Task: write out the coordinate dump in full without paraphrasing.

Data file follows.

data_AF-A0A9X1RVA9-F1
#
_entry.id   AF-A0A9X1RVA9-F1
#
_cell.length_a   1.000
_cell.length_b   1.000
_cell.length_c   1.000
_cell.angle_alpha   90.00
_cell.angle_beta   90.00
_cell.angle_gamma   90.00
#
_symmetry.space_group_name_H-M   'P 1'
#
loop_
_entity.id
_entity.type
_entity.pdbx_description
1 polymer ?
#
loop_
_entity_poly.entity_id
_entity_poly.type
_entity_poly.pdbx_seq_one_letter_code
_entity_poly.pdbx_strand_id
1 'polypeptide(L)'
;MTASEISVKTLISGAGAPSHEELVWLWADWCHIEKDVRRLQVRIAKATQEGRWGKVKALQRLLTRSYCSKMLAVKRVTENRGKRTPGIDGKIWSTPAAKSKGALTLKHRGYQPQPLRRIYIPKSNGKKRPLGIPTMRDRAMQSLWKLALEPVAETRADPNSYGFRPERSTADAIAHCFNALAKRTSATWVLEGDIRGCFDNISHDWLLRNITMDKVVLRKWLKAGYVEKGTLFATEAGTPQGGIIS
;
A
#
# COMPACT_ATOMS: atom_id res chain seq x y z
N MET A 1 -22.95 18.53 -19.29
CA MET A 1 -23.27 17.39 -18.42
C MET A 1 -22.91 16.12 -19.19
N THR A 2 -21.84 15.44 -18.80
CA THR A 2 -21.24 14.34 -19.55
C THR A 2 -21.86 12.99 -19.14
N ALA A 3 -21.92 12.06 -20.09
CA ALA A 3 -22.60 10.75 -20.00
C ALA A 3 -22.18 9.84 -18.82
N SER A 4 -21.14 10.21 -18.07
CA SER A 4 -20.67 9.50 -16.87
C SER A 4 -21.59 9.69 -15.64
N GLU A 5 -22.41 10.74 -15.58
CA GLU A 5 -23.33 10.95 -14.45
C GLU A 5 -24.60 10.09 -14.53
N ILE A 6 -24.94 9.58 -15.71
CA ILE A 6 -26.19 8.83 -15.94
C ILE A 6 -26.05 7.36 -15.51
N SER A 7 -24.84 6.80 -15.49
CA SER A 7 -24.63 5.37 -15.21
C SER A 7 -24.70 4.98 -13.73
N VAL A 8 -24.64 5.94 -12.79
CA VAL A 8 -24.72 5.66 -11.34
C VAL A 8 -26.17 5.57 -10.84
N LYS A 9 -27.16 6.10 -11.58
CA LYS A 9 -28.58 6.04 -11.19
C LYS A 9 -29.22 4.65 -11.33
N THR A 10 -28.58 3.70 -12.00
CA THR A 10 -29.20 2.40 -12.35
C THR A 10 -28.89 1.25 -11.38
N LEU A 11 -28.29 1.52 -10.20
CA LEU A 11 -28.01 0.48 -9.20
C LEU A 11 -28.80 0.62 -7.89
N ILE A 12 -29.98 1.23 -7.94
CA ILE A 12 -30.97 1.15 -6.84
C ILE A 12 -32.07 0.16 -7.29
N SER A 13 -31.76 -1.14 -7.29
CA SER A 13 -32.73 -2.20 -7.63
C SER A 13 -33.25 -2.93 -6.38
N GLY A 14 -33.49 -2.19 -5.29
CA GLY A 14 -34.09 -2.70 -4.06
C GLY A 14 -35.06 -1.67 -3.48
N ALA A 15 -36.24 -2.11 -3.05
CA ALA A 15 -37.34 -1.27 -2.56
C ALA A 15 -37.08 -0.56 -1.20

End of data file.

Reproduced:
data_AF-A0A9X1RVA9-F1
#
_entry.id   AF-A0A9X1RVA9-F1
#
_cell.length_a   1.000
_cell.length_b   1.000
_cell.length_c   1.000
_cell.angle_alpha   90.00
_cell.angle_beta   90.00
_cell.angle_gamma   90.00
#
_symmetry.space_group_name_H-M   'P 1'
#
loop_
_entity.id
_entity.type
_entity.pdbx_description
1 polymer ?
#
loop_
_entity_poly.entity_id
_entity_poly.type
_entity_poly.pdbx_seq_one_letter_code
_entity_poly.pdbx_strand_id
1 'polypeptide(L)'
;MTASEISVKTLISGAGAPSHEELVWLWADWCHIEKDVRRLQVRIAKATQEGRWGKVKALQRLLTRSYCSKMLAVKRVTENRGKRTPGIDGKIWSTPAAKSKGALTLKHRGYQPQPLRRIYIPKSNGKKRPLGIPTMRDRAMQSLWKLALEPVAETRADPNSYGFRPERSTADAIAHCFNALAKRTSATWVLEGDIRGCFDNISHDWLLRNITMDKVVLRKWLKAGYVEKGTLFATEAGTPQGGIIS
;
A
#
# COMPACT_ATOMS: atom_id res chain seq x y z
N MET A 1 -22.95 18.53 -19.29
CA MET A 1 -23.27 17.39 -18.42
C MET A 1 -22.91 16.12 -19.19
N THR A 2 -21.84 15.44 -18.80
CA THR A 2 -21.24 14.34 -19.55
C THR A 2 -21.86 12.99 -19.14
N ALA A 3 -21.92 12.06 -20.09
CA ALA A 3 -22.60 10.75 -20.00
C ALA A 3 -22.18 9.84 -18.82
N SER A 4 -21.14 10.21 -18.07
CA SER A 4 -20.67 9.50 -16.87
C SER A 4 -21.59 9.69 -15.64
N GLU A 5 -22.41 10.74 -15.58
CA GLU A 5 -23.33 10.95 -14.45
C GLU A 5 -24.60 10.09 -14.53
N ILE A 6 -24.94 9.58 -15.71
CA ILE A 6 -26.19 8.83 -15.94
C ILE A 6 -26.05 7.36 -15.51
N SER A 7 -24.84 6.80 -15.49
CA SER A 7 -24.63 5.37 -15.21
C SER A 7 -24.70 4.98 -13.73
N VAL A 8 -24.64 5.94 -12.79
CA VAL A 8 -24.72 5.66 -11.34
C VAL A 8 -26.17 5.57 -10.84
N LYS A 9 -27.16 6.10 -11.58
CA LYS A 9 -28.58 6.04 -11.19
C LYS A 9 -29.22 4.65 -11.33
N THR A 10 -28.58 3.70 -12.00
CA THR A 10 -29.20 2.40 -12.35
C THR A 10 -28.89 1.25 -11.38
N LEU A 11 -28.29 1.52 -10.20
CA LEU A 11 -28.01 0.48 -9.20
C LEU A 11 -28.80 0.62 -7.89
N ILE A 12 -29.98 1.23 -7.94
CA ILE A 12 -30.97 1.15 -6.84
C ILE A 12 -32.07 0.16 -7.29
N SER A 13 -31.76 -1.14 -7.29
CA SER A 13 -32.73 -2.20 -7.63
C SER A 13 -33.25 -2.93 -6.38
N GLY A 14 -33.49 -2.19 -5.29
CA GLY A 14 -34.09 -2.70 -4.06
C GLY A 14 -35.06 -1.67 -3.48
N ALA A 15 -36.24 -2.11 -3.05
CA ALA A 15 -37.34 -1.27 -2.56
C ALA A 15 -37.08 -0.56 -1.20